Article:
A Multidisciplinary Unit
http://teachersnetwork.org/ Once ample research has been done, the
class is ready for the hands-on portion of the unit. Students demonstrate knowledge and mastery of science concepts through presentations and visual art designs. Students create a class book, design murals, construct dioramas, record field journals during trips, and cook foods related to the study of biodiversity. These projects not only demonstrate learning, but also serve as educative displays for the class to refer to, as well as for the enjoyment of other students and school administrators.
How it works:
Biodiversity is a highly enjoyable interdisciplinary
program that helps elementary-level students achieve performance standards in Science, Social Studies, Art, Language Arts, Geography, and Technology. The class completes research online, engages in web-based activities and uses interactive material online using educational content from the American Museum of Natural History, among others.
Students will be able to demonstrate understanding of characteristics of organisms; life cycles of organisms; organisms and their environment; the properties of Earth materials and organisms. Students will be able to demonstrate understanding of big ideas and unifying concepts; an understanding of the designed world; and an understanding of science as a human endeavor. Students will ask questions about natural phenomena; objects and organisms; and events and discoveries. Students will use evidence from reliable sources to construct explanations. Students will work individually and in teams to collect and share information and ideas. Students will use technology and tools to gather data and extend the senses. Students will acquire information from multiple sources, such as experimentation and print and non-print resources. Students will represent data and results in multiple ways. Students will use facts to support conclusions. Students will communicate in a form suited to the purpose and the audience. Students will demonstrate scientific competance by completing a design, and completing non-experimental research using print and electronic information.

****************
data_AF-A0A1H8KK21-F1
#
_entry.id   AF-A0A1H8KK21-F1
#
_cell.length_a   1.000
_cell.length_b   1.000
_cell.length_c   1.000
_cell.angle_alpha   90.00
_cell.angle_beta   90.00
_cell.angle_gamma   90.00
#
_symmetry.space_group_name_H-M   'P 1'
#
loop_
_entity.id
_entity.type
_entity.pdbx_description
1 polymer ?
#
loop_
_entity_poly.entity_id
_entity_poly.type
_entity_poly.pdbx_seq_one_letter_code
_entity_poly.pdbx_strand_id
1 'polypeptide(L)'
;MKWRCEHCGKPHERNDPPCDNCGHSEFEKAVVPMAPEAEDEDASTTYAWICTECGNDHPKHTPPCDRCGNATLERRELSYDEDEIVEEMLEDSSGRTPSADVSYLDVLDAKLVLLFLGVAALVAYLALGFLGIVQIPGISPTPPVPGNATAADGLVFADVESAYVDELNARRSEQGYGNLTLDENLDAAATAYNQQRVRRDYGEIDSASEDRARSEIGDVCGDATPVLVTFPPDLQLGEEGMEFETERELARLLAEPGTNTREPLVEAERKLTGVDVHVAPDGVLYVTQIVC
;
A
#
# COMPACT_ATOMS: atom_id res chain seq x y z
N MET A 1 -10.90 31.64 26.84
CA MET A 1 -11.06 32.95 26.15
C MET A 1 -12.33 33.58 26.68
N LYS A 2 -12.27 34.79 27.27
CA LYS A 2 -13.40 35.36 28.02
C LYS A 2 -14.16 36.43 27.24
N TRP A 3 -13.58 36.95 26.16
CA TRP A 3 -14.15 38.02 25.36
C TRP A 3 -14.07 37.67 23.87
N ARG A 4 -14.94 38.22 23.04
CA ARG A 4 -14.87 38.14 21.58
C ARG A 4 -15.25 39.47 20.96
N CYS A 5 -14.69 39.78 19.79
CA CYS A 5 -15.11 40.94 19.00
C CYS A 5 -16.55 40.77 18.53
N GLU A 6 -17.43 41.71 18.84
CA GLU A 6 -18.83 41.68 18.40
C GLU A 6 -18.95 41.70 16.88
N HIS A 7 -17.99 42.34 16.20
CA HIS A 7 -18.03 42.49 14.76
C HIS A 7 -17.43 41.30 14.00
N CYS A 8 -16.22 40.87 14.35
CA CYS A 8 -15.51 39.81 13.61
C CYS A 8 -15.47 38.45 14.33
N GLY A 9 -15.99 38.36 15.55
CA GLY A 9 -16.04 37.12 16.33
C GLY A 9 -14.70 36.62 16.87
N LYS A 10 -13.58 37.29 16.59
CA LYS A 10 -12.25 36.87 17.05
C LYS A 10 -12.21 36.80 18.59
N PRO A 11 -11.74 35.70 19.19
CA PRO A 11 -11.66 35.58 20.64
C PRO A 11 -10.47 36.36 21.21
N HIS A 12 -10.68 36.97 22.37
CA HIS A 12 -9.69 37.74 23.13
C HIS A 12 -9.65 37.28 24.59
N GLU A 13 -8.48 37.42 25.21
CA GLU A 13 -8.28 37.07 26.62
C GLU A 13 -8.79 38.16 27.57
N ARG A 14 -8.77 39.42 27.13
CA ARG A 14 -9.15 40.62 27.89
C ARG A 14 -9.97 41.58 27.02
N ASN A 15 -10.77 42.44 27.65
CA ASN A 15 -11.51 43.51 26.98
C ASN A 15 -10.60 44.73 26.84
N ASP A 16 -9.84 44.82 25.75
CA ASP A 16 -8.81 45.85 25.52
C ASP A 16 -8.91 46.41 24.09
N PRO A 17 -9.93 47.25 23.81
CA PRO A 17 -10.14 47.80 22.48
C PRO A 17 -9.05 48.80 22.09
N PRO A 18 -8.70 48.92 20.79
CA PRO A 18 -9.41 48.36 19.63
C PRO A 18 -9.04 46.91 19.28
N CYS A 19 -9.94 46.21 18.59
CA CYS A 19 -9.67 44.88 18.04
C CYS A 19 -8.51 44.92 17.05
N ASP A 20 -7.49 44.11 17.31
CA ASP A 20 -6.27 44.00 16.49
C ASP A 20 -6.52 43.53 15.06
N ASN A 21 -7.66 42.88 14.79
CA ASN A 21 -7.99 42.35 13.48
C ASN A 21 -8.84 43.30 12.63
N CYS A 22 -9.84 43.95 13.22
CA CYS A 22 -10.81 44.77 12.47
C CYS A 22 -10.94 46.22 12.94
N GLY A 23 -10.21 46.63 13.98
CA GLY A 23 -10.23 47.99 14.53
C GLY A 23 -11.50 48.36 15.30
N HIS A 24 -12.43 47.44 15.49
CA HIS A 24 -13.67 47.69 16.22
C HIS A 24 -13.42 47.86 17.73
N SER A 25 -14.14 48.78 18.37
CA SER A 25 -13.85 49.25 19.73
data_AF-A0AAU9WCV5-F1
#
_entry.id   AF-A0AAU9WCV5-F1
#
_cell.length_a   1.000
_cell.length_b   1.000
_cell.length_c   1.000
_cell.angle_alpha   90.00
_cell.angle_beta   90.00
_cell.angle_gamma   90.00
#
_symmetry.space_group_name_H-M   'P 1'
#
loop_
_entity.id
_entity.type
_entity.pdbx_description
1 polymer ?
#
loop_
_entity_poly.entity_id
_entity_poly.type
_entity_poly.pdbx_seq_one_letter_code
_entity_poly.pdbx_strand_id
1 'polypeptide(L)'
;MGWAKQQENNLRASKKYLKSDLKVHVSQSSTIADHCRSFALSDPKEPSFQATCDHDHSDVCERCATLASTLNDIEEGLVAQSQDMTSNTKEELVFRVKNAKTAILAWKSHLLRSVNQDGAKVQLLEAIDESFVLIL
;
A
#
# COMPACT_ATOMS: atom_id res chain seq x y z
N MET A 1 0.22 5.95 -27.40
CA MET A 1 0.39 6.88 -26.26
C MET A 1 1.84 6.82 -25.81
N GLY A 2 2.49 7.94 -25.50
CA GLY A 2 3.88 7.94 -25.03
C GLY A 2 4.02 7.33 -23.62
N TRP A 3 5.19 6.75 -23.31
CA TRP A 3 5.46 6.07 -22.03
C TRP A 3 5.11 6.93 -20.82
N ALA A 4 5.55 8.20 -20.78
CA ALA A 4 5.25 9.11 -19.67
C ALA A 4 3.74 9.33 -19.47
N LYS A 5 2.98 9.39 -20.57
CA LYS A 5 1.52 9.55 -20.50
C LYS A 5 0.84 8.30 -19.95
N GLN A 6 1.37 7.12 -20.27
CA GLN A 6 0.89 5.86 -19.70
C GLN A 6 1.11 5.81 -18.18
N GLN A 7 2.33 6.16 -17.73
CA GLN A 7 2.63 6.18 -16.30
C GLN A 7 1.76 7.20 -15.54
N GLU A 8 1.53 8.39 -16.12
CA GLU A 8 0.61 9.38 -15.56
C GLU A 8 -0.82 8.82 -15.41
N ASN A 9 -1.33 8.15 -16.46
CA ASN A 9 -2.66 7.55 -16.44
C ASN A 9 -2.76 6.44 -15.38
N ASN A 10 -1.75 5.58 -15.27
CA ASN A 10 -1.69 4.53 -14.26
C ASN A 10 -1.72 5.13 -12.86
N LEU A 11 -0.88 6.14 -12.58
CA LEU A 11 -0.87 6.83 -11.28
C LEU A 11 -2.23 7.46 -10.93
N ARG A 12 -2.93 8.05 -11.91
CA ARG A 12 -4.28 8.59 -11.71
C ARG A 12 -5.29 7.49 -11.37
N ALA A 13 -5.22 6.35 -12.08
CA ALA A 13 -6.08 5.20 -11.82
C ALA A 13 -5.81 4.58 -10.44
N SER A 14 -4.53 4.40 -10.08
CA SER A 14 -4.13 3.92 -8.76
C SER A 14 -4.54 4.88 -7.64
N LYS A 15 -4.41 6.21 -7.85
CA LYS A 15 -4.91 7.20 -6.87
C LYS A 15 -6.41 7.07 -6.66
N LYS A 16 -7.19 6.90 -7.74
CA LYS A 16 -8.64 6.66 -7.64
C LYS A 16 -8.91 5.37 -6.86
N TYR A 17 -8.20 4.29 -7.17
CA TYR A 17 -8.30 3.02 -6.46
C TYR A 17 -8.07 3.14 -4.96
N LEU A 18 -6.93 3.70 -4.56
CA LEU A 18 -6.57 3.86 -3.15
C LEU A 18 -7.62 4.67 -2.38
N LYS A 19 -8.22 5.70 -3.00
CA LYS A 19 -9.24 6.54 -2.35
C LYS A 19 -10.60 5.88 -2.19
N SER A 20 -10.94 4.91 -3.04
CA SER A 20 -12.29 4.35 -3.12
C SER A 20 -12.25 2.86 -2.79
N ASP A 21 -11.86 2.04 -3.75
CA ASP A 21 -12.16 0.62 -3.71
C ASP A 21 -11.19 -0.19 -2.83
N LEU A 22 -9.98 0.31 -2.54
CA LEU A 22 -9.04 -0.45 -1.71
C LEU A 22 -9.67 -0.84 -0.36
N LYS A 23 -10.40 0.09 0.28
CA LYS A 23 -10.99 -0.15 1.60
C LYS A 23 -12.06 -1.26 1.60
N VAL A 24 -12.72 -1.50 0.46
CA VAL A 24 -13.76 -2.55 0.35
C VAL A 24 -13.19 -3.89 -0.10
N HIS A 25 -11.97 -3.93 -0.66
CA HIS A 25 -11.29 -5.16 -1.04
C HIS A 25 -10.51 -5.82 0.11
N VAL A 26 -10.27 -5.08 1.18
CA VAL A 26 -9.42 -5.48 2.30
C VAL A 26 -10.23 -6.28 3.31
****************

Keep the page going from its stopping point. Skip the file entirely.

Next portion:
A computer with an LCD projector, 3-4 computers with Internet connection, books and magazines, art supplies, drawing paper, class bulletin board, world maps, book-making supplies, student journals, and a digital camera would be helpful to document student work.
Instead of learning from a static textbook, students are engaged in hands-on learning through use of the Internet. Students are working in cooperative groups for much of the lessons, as both Internet researchers and while working on group projects and presentations. Students get to blend the study of art and science; creating attractive and educative class materials which can be shared with other classes and the entire school population.
About the Author:
Phillip Seymour is a nationally recognized education trainer and consultant on visual perception and arts/media curriculum integration. He has taught in the New York City public schools and teaches and trains at national universities and educational institutions. Presently, Phillip is an instructor at New York University and the City University of New York.